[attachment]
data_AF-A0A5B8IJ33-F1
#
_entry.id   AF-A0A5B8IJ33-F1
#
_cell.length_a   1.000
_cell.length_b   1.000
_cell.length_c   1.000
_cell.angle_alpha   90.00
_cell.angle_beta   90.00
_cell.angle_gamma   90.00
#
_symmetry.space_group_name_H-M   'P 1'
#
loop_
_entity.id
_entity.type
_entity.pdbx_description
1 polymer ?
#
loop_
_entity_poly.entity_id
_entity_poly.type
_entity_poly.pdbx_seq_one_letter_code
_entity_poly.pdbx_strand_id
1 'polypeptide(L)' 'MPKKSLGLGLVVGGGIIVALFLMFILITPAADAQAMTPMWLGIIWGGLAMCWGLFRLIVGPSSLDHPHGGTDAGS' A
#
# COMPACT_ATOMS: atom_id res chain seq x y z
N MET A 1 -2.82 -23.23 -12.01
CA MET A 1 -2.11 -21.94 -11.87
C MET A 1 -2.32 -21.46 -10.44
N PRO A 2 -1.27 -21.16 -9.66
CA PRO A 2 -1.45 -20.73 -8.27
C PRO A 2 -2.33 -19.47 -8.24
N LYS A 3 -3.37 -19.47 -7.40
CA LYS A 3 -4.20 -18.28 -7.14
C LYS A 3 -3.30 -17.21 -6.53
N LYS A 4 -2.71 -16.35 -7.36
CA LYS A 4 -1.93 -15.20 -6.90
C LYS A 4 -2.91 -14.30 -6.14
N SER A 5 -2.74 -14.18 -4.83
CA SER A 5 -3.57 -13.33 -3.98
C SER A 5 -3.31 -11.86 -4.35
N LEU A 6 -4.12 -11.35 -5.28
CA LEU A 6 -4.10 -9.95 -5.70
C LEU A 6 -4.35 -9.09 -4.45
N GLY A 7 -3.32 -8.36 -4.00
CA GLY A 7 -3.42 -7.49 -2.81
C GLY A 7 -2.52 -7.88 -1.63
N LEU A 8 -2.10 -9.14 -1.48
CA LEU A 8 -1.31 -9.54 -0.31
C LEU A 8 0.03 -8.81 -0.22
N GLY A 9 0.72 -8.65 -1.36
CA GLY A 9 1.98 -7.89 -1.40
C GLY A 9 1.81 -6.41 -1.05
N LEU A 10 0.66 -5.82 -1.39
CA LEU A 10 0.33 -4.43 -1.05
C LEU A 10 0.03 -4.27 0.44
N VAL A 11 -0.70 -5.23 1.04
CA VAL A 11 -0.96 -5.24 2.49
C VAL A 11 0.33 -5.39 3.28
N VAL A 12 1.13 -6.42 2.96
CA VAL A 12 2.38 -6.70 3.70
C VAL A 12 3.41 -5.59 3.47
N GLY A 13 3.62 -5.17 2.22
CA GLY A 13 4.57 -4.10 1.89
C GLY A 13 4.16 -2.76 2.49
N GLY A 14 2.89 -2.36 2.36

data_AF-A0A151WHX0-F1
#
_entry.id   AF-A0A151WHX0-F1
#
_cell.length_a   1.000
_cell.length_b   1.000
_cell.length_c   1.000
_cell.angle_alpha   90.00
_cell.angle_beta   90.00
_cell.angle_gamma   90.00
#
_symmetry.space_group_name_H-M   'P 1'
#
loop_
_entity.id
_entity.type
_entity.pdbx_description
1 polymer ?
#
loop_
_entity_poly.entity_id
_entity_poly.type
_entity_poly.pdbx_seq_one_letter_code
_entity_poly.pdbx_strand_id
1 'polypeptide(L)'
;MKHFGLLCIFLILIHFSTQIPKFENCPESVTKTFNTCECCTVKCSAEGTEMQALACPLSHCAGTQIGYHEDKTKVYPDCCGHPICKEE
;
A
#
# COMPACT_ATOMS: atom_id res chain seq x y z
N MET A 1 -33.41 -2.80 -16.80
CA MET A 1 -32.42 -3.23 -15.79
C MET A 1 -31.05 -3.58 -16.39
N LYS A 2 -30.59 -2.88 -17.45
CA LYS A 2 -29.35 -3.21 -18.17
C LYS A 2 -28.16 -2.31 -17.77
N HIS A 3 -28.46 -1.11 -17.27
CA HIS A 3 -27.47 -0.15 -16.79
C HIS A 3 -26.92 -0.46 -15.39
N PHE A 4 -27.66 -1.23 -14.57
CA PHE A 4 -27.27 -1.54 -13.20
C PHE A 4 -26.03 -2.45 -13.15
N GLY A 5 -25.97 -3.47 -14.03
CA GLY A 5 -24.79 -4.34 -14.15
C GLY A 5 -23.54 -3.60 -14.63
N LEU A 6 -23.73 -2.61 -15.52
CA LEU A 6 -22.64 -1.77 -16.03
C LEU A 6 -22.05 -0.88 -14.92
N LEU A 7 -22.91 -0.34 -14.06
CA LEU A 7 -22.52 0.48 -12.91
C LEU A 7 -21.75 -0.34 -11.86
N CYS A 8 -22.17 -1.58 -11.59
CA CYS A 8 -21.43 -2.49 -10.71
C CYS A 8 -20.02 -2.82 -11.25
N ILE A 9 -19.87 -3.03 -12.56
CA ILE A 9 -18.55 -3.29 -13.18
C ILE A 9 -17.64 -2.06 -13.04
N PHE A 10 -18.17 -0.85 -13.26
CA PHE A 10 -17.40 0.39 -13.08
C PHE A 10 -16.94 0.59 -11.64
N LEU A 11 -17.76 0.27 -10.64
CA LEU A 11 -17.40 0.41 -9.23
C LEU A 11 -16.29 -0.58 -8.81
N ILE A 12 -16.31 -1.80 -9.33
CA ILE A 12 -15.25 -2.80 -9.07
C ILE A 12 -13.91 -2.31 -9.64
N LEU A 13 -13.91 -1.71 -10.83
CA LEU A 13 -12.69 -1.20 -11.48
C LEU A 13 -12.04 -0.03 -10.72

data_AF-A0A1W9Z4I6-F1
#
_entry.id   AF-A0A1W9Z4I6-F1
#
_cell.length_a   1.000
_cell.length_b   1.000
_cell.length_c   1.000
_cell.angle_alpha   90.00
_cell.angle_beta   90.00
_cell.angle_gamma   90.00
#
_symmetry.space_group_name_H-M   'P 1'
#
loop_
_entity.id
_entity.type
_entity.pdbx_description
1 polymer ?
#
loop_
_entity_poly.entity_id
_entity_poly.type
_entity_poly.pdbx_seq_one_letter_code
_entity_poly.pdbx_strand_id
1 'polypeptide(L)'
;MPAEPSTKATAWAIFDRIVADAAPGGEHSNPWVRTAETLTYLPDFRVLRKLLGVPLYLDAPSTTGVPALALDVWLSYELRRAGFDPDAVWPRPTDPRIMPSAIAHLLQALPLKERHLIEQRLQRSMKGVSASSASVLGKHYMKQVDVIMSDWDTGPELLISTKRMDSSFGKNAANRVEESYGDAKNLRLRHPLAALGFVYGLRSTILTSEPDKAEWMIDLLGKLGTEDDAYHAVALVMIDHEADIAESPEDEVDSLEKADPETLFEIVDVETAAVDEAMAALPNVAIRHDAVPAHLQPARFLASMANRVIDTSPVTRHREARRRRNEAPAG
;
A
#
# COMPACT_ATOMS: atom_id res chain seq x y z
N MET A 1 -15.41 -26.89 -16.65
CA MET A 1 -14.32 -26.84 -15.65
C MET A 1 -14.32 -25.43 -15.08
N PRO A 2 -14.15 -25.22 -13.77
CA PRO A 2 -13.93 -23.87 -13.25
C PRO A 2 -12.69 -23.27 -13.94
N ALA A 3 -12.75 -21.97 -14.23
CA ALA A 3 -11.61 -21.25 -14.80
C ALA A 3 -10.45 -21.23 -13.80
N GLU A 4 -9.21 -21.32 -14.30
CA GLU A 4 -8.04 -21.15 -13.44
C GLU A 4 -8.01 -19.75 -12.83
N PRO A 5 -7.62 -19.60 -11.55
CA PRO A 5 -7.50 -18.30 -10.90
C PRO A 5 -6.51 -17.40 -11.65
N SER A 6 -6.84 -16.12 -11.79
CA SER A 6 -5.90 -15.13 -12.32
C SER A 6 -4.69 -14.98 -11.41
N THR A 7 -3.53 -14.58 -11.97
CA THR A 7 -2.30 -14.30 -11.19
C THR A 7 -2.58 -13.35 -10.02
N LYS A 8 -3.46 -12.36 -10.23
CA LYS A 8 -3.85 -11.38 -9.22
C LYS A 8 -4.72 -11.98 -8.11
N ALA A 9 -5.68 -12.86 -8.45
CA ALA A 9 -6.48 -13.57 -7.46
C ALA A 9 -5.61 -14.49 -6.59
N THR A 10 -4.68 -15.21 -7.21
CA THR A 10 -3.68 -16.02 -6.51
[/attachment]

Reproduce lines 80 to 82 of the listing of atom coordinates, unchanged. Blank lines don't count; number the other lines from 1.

#
loop_
_entity.id